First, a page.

Carsten Haitzler (The Rasterman)
raster at rasterman.com
Tue Apr 13 01:56:57 CEST 2010
On Mon, 12 Apr 2010 16:08:08 -0400 "Jon 'maddog' Hall" <maddog at li.org> said:
btw - before i launch in... i'm biased towards maddog - he's always been a well
intentioned chap at a minimum, if not and experienced and seasoned veteran who
really cares about open - in my experience that has been open source. i'd trust
maddog with a LOT (ok - not my code... sorry maddog - i'm not letting you near
my pixel processing stuff! :)), but... when it comes to contacts, strategy,
industry, ideas, cheering openness on - and more, i'd have maddog in the mix.
> Hello Christoph,
> >Good luck. Maddog made a lot words about the Brasilian universitary
> >which should continue the Openmoko project. Nothing happend.
> As far as I know the University still stands ready and willing to help
> with the GTA02-core project as soon as that is ready to move forward.
> Professor Zuffo has not de-committed from that project as far as I can
> As to going further than that, the University is still interested in
> working on an "Open Phone". But as I have seen here over the past
> several days, there does not seem to be much agreement as to how to move
> that forward.
> >From my viewpoint a bit of this comes from a tacit disagreement in the
> project as to what is "open", and even less of a plan as to how to
indeed. thats why i bring up "open enough". to me - schematics are irrelevant.
datasheets of course are very useful. to others they dont consider a phone open
without schematics and cad designs and so on. everyone is different. i'm even
willing to concede that u likely will never have open 3d unless you design your
own 3d unit. not at the embedded level. all the players are closed with no
signs of going open - unless you (maddog) can convince them? :) your only other
choices are to create your own "software 3d" via dsp's and other auxiliary
processors. even those are in short supply of being open.
> finance a project that requires real money. Openmoko's financing always
that's the biggest issue. financing.
> seemed to be on a shoestring, and never (for example) included the money
> to fix problems. Other companies might do a "recall" and fix the issue
> at the factory. I think it was by good luck that the different issues
> that happened with the phone were able to be fixed with "a capacitor
> here" and "a resistor there"..and people stepped up to the "bug fix
> parties"...but there are still a lot of people out there with unfixed
> >Also he cooperate with silly companys like Koolu, who bargain Openmoko
> >down to blood and damaged all the project.
> Koolu had its faults, and I will not say it didn't, but after several
> days of you writing and lambasting everyone about everything (other than
> yourself, of course) I think blaming Koolu for "damaging all the
> project" is a bit harsh.
i'd call koolu misguided. to me they were just uninteresting. why a freerunner
when i can get a android g1 dev phone that was signficantly better hardware
(though by todays standards its totally shot and useless).
> I had a company in Brazil that was all set to license the designs from
> Openmoko and manufacture the phone in large quantities. They had a good
> SMT line, channels to distribute the phone in Brazil, and from Brazil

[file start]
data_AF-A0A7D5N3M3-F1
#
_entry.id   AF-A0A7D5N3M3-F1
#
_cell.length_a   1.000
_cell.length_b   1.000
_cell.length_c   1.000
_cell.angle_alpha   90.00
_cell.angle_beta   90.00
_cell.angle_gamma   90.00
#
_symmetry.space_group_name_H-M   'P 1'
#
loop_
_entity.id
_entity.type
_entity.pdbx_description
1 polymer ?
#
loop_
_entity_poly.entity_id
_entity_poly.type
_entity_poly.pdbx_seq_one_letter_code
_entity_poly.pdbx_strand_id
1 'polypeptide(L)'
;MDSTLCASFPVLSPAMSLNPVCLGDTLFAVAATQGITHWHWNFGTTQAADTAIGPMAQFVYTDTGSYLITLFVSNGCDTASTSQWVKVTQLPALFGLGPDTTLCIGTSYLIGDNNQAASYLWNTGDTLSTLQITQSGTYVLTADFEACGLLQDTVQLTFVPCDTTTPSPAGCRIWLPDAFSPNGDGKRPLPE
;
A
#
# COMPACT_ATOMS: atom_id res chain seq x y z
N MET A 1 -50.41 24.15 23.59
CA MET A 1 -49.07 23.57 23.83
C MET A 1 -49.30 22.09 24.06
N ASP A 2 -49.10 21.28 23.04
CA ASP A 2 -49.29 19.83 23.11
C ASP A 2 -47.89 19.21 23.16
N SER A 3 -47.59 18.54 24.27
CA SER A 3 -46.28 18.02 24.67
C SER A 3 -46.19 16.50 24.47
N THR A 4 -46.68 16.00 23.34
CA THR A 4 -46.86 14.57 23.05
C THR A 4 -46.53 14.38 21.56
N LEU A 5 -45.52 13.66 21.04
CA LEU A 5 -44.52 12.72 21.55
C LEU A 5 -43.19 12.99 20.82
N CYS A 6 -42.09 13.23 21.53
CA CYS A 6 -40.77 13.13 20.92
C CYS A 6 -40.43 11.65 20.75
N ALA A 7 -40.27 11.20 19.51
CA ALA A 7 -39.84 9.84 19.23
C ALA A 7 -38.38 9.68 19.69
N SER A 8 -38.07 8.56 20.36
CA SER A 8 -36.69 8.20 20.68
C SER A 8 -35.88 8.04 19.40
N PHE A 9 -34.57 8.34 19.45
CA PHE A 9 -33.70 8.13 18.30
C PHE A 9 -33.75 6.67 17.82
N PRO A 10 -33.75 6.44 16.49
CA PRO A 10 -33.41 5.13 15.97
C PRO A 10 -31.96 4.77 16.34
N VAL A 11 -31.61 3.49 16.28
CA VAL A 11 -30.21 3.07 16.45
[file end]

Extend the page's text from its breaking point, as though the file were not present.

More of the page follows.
> throughout Latin America, and we had a good business plan to market to
> the VARs that were mentioned in another email. Even though the phone's
> components were a little dated, we felt we had a good market in people
> who had to change the OS to create the applications they wished to have
> for small and medium business. An example of that can be seen here:
> The licensing of the design would have generated money to create the
> next design.
> Then we tried to find out where to buy the parts, and how many parts
> were still being manufactured, and for how long. That was when we began
> to realize that the marketplace for Openmoko parts was very limited. As
> several people on this list have mentioned, to create a market for cell
> phones that is profitable takes hundreds of thousands, or even millions,
> not tens of thousands.
this is the problem. components are not a problem - if you go and buy 10
million of each, the suppliers will be happy to talk to you and provide you
with those. for this you need to design very high-end to make those components
have longevity. and then you need the money to buy them all well in advance (ie
commit to at least large initial stock and regular shipments with payments on
time or in advance - if they don't know who you are - they won't trust you and
want money up front). so this means serious dough. and serious volume to make
the suppliers sit up and take notice .. and this all comes back to having mass
market appeal. :)
> By the time that the company in Brazil ramped up to produce the phone,
> did the manufacturing and certifications and testing that were
> necessary, and did the certifications, built the channel, did the
> advertising, they would probably run out of parts. It would have been
> unprofitable for them.
> In the end I recommended that the company not try to produce the
> Openmoko V7, even though I had spent a lot of time and money helping
> them evaluate the possibilities.
> So from my viewpoint, if there was one thing that killed the Openmoko
> project, it was lack of a thorough, over-all, realistic business plan
> that showed how the project was going to be sustainable into the future.
> And the lack of agreement among all of the people involved as to what
> the marketplace was for the phone.
------------- Codito, ergo sum - "I code, therefore I am" --------------
The Rasterman (Carsten Haitzler) raster at rasterman.com
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